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The Jesus Miracle Crusade International Ministry (acronym as JMCIM) is an Apostolic (Oneness) Pentecostal religious group in the Philippines which believes particularly in the promotion of miracles and faith in God for healing. They currently claim 1,500,000 members in the Philippines and 15 other countries. With only 36 satellite assemblies outside the Philippines, the bulk of their membership is within the country.[1] It has members in the Philippines, the United States, Canada, Europe, the Middle East, Australia, Singapore, Japan, China, and other parts of Asia .[2] JMCIM is the largest Oneness Pentecostal organization in the Philippines, holding several services weekly at the Amaranto Sports Stadium in Quezon City, Metro Manila with Sunday attendance in the tens of thousands at that location alone. Their 40th Anniversary celebration in 2015 saw 300,000 people gather at the Cultural Center of the Philippines in Pasay City, Metro Manila.[1]

JMCIM is a highly structured organization that looks to Wilde Almeda as Dearly Beloved Honorable Evangelist Pastor. He remains their only pastor. All other ministers have the title of Beloved Ministers or Beloved Preachers and work entirely under the authority of Almeda. Their members are referred to as Beloved Brethren. Almeda's wife, now deceased, is called Assistant Pastor Lina C. Almeda. The organization published a 252-page bilingual (English-Tagalog) Preacher's Handbook in 2011 that offers standard instructions for all ministers covering subjects including doctrines and how to conduct services for weddings, child dedications and so forth.[1]



JMCIM was founded by Evangelist and Pastor Wilde E. Almeda[2] and his wife, Lina C. Almeda, in Novaliches, Quezon City, Metro Manila February 14, 1975.[1] Although Almeda was greatly influenced by American missionary John L. Willhoite, he only briefly held credentials with an American run missionary organization, the very small Apostolic Ministers Fellowship (AMF). JMCIM is thus a totally autochthonous organization.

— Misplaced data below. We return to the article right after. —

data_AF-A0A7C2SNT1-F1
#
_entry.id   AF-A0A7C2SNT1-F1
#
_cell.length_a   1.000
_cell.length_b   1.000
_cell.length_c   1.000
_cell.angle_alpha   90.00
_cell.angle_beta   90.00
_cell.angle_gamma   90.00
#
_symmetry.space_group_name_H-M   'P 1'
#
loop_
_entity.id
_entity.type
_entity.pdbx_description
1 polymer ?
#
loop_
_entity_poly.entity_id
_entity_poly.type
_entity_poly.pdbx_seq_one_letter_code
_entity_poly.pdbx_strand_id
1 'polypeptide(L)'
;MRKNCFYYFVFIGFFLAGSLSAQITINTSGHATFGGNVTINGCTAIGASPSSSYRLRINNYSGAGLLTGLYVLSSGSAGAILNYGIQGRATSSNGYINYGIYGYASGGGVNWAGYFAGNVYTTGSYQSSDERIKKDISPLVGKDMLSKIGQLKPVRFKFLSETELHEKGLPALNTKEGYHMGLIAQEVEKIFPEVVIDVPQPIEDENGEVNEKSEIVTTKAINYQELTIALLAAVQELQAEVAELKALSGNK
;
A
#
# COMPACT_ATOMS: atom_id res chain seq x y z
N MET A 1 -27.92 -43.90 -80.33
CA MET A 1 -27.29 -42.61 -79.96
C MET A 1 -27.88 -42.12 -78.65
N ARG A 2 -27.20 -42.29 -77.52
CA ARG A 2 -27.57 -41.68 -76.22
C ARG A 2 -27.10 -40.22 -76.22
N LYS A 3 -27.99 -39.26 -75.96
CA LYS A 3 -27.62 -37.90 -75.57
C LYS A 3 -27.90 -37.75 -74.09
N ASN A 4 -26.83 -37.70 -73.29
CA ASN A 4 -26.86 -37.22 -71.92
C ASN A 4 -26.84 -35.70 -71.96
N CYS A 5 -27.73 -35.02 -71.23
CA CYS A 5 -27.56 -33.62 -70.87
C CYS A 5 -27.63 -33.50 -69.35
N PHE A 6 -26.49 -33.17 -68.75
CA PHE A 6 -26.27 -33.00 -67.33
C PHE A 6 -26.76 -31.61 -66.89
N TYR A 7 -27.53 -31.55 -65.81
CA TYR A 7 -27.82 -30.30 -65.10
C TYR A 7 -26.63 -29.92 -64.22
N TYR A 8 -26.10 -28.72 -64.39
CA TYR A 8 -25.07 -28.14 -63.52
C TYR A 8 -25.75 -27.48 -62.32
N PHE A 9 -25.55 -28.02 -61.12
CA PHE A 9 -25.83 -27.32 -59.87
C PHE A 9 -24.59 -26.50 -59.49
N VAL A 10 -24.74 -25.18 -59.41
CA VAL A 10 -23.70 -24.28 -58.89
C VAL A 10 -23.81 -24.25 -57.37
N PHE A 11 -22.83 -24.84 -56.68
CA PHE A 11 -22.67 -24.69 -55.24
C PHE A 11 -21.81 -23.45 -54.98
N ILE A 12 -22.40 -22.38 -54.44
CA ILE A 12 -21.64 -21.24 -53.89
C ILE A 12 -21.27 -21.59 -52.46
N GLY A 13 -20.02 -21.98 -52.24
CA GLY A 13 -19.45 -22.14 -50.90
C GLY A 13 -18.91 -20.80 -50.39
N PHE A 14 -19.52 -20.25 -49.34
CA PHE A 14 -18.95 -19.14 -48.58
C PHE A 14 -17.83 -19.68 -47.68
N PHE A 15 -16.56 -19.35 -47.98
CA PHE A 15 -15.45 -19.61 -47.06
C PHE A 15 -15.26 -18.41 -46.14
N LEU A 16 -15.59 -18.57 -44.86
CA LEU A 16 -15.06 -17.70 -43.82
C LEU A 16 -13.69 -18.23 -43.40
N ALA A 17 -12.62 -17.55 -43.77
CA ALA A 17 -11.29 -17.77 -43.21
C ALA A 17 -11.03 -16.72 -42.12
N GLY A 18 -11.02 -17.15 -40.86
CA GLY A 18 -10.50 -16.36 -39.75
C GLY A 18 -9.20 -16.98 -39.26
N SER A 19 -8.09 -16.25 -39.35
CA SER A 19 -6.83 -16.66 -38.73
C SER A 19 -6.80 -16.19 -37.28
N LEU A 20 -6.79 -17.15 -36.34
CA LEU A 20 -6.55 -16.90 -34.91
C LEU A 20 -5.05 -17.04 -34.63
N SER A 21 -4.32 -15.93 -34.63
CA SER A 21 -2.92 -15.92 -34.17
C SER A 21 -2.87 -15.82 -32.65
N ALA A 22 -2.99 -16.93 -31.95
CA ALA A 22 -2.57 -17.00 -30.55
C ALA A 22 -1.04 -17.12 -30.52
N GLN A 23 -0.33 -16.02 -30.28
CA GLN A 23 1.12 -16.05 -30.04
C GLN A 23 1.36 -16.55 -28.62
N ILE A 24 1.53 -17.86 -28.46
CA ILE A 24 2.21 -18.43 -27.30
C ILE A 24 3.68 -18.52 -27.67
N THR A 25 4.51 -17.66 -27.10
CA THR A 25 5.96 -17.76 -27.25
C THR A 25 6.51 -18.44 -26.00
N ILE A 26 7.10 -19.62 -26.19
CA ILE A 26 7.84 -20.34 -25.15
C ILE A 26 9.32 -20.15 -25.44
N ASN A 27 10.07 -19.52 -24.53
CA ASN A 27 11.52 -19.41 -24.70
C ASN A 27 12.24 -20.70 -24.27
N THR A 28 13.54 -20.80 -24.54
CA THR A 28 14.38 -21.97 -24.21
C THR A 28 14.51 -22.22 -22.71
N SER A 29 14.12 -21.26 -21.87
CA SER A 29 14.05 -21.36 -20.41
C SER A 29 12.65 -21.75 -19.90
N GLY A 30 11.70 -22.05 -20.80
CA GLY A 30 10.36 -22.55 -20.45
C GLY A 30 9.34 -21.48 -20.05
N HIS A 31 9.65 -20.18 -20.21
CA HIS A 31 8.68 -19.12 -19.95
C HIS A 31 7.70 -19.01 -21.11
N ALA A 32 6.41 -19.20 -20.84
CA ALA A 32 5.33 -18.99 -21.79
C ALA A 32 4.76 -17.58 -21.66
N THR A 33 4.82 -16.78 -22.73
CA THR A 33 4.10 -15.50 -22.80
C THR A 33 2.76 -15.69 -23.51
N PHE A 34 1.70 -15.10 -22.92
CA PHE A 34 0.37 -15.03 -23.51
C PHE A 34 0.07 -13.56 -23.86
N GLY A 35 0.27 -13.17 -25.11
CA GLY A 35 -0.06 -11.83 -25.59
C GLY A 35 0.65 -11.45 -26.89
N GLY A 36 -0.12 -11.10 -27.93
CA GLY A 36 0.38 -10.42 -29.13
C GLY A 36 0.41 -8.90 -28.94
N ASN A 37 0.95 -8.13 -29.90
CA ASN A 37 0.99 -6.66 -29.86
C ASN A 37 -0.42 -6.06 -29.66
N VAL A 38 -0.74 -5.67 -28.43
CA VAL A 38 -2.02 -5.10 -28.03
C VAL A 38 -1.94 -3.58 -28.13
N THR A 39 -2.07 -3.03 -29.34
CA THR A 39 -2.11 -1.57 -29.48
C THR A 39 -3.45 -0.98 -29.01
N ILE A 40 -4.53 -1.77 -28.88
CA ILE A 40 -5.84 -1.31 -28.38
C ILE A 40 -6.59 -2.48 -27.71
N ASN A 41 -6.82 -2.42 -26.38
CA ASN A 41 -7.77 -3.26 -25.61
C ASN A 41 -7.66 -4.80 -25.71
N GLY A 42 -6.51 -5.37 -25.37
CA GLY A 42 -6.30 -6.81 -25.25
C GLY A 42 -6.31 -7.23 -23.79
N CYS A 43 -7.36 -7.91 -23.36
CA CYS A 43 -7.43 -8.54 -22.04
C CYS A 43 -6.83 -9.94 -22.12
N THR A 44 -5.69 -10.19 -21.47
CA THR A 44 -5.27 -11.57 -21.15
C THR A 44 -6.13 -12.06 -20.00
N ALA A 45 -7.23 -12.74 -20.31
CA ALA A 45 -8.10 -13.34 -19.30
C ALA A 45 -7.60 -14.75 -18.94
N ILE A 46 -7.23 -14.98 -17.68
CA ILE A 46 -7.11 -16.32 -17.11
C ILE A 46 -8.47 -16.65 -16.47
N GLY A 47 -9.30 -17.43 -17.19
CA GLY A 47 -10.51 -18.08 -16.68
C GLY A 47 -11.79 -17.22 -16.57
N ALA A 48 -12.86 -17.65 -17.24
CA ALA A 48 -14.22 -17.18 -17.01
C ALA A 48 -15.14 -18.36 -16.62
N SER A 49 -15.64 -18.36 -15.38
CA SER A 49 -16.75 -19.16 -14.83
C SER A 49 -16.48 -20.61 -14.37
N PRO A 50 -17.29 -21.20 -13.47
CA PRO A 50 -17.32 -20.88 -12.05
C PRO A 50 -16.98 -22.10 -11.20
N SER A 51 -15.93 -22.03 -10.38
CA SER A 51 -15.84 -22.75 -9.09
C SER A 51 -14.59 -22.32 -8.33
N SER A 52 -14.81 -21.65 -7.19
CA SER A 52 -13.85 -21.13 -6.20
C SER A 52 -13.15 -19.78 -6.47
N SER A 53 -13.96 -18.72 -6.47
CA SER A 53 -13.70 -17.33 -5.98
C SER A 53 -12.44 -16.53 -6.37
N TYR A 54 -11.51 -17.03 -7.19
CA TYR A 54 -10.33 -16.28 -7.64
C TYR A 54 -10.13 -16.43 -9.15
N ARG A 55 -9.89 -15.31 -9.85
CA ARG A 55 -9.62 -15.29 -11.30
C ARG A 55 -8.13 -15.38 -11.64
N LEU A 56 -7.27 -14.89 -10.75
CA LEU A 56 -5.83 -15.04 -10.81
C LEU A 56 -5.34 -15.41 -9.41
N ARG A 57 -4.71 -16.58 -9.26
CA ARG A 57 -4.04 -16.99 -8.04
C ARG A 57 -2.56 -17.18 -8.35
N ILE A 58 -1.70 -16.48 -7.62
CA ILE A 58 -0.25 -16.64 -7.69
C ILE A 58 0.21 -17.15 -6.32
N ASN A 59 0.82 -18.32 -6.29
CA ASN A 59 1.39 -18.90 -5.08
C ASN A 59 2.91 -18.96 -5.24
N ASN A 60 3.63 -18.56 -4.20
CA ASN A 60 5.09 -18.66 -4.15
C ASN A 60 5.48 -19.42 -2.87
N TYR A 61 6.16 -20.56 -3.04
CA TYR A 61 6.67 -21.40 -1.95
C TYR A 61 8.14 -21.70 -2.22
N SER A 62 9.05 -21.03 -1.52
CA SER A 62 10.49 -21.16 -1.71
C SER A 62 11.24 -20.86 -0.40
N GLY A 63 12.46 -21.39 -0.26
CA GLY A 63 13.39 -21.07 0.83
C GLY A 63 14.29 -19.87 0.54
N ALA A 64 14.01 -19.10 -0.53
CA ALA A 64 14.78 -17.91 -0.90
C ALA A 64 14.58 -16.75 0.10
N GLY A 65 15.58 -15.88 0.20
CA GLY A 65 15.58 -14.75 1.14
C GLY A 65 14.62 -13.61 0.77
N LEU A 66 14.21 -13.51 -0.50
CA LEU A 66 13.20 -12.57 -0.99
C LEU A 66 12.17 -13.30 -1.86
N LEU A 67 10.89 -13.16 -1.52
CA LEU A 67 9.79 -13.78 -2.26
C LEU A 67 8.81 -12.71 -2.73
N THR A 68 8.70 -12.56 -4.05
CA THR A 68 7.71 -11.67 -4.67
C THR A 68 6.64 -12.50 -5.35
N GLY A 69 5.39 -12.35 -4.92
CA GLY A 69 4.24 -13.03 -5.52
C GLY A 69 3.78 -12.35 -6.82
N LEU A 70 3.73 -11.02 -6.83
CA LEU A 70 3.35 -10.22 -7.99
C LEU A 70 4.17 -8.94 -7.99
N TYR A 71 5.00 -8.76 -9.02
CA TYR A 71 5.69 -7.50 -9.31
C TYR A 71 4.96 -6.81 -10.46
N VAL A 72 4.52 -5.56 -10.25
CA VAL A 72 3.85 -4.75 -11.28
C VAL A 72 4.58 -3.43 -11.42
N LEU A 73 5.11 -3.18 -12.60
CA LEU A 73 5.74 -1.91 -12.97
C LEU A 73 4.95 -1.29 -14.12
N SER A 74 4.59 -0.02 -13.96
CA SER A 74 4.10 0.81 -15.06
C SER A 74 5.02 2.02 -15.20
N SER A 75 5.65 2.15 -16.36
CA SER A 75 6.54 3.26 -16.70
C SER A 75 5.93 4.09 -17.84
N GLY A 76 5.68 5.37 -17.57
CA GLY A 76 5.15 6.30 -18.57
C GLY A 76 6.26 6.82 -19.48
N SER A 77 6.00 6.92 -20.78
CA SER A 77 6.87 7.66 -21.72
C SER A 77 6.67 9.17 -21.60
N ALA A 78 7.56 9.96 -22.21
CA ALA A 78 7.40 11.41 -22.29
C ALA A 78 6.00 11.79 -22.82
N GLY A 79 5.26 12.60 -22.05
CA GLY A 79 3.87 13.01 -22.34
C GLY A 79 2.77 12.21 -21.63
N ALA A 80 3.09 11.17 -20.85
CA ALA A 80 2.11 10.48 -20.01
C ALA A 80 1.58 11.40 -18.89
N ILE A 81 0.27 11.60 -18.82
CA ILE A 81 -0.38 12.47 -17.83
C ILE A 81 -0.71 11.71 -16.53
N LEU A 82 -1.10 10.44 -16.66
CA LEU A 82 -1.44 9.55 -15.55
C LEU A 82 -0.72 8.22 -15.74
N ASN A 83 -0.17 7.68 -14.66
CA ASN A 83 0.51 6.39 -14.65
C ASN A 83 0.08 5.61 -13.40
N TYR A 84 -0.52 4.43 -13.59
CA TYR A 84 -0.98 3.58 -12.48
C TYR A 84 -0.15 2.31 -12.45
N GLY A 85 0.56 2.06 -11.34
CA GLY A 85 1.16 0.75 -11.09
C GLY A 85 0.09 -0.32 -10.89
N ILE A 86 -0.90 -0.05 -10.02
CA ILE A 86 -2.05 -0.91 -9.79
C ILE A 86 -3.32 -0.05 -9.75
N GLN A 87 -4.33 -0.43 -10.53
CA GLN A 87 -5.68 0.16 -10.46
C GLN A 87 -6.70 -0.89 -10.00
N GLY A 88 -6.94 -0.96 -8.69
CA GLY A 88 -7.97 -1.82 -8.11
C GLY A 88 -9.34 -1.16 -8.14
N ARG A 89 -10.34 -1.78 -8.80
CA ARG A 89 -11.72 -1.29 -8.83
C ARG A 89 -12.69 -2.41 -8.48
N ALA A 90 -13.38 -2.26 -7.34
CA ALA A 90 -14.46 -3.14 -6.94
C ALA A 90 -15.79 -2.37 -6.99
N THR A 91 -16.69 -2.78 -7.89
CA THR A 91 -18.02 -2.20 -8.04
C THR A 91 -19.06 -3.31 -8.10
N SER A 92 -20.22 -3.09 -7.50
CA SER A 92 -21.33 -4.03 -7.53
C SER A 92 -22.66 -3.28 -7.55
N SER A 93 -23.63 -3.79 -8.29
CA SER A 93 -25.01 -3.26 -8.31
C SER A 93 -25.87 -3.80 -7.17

On 23 April 2000, a Filipino Moro group known as Abu Sayyaf abducted 21 people from a Malaysian dive resort in Sipadan and took them to Jolo Island in the Philippines. This event, known as the Sipadan Hostage Crises, riveted the attention of the nation. On 1 July, Wilde Almeda and 12 JMCIM members known as prayer warriors went into the Abu Sayyaf camp where the hostages were being held in a widely publicized effort to secure their release through prayer and fasting. They were there until they were found by the Philippine military on October 2 and brought to safety. They claim that all the hostages were released by this time as a result of their intercessory prayer and fasting. JMCIM holds an annual celebration during the month of October to remember and offer thanksgiving for the "Victorious Mindanao Peace Mission."[1]

It also held several anti-communism rallies in the country.[3]


Like most Oneness Pentecostals, JMCIM strongly emphasize a soteriology found in Acts 2:38, involving repentance, baptism in the Name of Jesus Christ for remission of sins and receiving the baptism of the Holy Spirit evidenced by speaking in tongues. The belief about baptism in Jesus name is closely tied to their absolute monotheistic view of God, rejecting the traditional doctrine of the Trinity. This is probably the most distinctive part of their doctrine. They also place a heavy emphasis on prayer and healing, and promote a lifestyle and standards of dress that portray modesty and self control, a doctrine often referred to as holiness.

It has a focus on faith healing, form both physical and spiritual disorders; its ministry conceptualizes substance abuse, marital problems, and other personal and life issues as spiritual disorders.[4]


  1. ^ a b c d e King, Johnny (2016). Spirit and Schism: A History of Oneness Pentecostalism in the Philippines. University of Birmingham, UK: PhD Thesis. pp. 204–211.
  2. ^ a b Severino, Rodolfo C.; Salazar, Lorraine Carlos. Whither the Philippines in the 21st Century?. Institute of Southeast Asian Studies. p. 110. ISBN 9789812304995. Retrieved 21 November 2016.
  3. ^ Westerlund, David (1996). Questioning the Secular State: The Worldwide Resurgence of Religion in Politics. C. Hurst & Co. Publishers. p. 343. ISBN 9781850652410. Retrieved 11 January 2019.
  4. ^ Goh, Robbie (2005). Christianity in Southeast Asia. Institute of Southeast Asian Studies. p. 29. ISBN 9812302972.

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